Embarking on an all-Iraqi animation project within a country still recovering from the last few decades of upheaval presents particular problems and possibilities. Completing the short 3D animation Baghdad Night (2013), Iraqi/German artist Furat al-Jamil and her team were confronted not only by the challenges facing any independent animation project, but site specific ones as well. 

The success of this ambitious project was constantly threatened by poor and unreliable power sources, team members leaving the country, and the difficulty of finding funding in a place more concerned with the physical reconstruction of the country then supporting the arts.  Yet this work, which premiered at the Dubai International Film Festival in 2013, stands as a testimony not only to the possibilities of animation projects in Iraq, but more importantly to how art can be used in rebuilding a nation.


In a time when the persistent violence of the nation’s wars and transformations continues to be at the centre of its concerns, al-Jamil’s work stands out in its efforts to use animation to preserve a piece of traditional Iraqi culture. Baghdad Night tells the story of the saalua, a ghost that appears in 1001 Arabian Nights and is also a popular character in Iraqi folklore, and her appearance one night in a noir-styled rendering of Baghdad. 

Using animation to recreate a city whose face has been inextricably altered, al-Jamil’s work recaptures and preserves this physical space of culture as well as the fantastic traditions of the region. Further, by converting this popular regional folktale into a film whose style is reminiscent of popular 3D video games, al-Jamil’s animation represents the possibilities of re-establishing the younger generation’s connection with their past and culture; a crucial task in the reshaping of a nation where nearly 50% of the population is under 18.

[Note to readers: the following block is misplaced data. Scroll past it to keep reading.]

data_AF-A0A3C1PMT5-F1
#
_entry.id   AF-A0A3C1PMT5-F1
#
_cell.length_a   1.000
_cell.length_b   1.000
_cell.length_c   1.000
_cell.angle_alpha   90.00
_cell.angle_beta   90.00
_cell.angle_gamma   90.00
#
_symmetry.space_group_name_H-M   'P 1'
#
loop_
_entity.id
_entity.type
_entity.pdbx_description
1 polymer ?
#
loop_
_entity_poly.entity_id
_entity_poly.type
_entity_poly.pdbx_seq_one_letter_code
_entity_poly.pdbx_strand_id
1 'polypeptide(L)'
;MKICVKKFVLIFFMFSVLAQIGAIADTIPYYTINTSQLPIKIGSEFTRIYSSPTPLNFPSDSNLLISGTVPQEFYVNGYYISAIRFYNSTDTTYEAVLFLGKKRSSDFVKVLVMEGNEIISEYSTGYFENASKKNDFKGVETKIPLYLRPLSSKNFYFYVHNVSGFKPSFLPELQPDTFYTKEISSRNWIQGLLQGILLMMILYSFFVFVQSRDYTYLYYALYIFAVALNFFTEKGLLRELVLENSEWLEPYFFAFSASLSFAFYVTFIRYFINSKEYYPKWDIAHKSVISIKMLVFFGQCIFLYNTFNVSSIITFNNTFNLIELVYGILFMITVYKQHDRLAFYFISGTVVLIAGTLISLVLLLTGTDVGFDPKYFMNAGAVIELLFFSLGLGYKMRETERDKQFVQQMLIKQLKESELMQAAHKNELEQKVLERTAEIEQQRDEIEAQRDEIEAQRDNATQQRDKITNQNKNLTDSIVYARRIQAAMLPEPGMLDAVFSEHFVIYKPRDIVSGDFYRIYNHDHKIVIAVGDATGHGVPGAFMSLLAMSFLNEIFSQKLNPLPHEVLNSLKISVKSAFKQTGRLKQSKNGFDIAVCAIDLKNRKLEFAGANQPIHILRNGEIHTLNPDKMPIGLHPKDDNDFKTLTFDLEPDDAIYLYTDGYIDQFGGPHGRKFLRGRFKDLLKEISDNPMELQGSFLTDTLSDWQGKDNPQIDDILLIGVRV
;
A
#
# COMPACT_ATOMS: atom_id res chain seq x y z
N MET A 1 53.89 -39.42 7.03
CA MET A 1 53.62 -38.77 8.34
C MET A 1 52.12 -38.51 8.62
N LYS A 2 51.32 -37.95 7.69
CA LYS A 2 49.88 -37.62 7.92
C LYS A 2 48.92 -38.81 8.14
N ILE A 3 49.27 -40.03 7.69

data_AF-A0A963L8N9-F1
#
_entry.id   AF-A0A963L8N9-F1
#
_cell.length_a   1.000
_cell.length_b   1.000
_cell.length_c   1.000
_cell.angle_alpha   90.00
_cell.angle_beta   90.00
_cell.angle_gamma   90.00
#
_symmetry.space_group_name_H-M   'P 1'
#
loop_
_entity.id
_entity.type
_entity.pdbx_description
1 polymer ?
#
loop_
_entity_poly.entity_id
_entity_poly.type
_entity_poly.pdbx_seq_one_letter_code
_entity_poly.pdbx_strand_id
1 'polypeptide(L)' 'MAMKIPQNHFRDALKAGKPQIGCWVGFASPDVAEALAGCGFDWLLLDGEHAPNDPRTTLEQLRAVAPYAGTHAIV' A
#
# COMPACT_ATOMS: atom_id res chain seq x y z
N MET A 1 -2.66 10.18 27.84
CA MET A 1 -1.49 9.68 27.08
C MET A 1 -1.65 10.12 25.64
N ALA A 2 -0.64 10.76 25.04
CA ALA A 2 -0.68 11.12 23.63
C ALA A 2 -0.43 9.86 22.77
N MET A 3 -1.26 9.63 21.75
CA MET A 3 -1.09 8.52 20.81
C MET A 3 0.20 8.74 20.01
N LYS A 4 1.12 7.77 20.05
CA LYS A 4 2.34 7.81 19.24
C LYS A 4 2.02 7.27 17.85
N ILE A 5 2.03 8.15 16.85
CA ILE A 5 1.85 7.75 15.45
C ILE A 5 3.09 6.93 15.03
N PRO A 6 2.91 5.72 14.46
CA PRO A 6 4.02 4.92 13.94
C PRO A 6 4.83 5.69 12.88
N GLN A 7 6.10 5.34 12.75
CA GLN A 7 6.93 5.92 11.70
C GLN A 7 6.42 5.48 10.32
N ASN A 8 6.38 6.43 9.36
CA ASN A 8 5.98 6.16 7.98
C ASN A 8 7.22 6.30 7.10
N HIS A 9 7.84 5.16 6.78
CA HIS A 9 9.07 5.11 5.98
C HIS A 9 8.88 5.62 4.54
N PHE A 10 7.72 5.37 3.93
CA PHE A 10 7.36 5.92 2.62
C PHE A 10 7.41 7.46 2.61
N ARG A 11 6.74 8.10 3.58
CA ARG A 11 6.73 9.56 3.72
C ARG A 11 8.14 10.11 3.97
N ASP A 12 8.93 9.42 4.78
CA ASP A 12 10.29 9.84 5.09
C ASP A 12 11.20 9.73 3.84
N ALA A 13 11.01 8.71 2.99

Al-Jamil’s groundbreaking work has defied challenges and shown that these artistic endeavors are possible and necessary in Iraq’s reformation.  This was the sentiment at the successful Pavilion of Iraq at the 55th Venice Biennale, which include another piece of al-Jamil’s work.  Sponsored by the Ruya Foundation, who produced Baghdad Night, the artists and the foundation hoped through their works to show the many sides of Iraq and promote local culture in a time when the nation’s priorities are focused elsewhere. Al-Jamil has contributed to this by not only portraying pieces of the Iraqi culture beyond the war but by showing that these projects can happen in Iraq and that there is the possibility for artists and animators to create within the country and produce a truly Iraqi national animation which, in turn, preserves and reconstructs the nation’s culture.


Al Arabiya News ‘ “Baghdad Night” keeps alive folk tales of the dead’ online, available: http://english.alarabiya.net/en/life-style/art-and-culture/2013/09/05/-Baghdad-Night-keeps-alive-folk-tales-of-the-dead.html (accessed 1 April)

The Pavilion of Iraq at the 55th International Art Exhibition – la Biennale di Venezia ‘Welcome to Iraq’ online, available: http://www.theiraqpavilion.com/ (accessed 8 May)

Ruya Foundation online, available: http://www.ruyafoundation.org/ (accessed 7 May)


Amber Shields is a PhD student at the University of St Andrews where she is researching representations of collective trauma in fantasy films from around the world. She received her MPhil in Screen Media and Cultures from the University of Cambridge and her BA in Latin American Studies from Carleton College.  She is currently working on a chapter on Iraqi animation to appear in the edited collection on Animation in the Middle East  forthcoming with I.B. Tauris, 2015.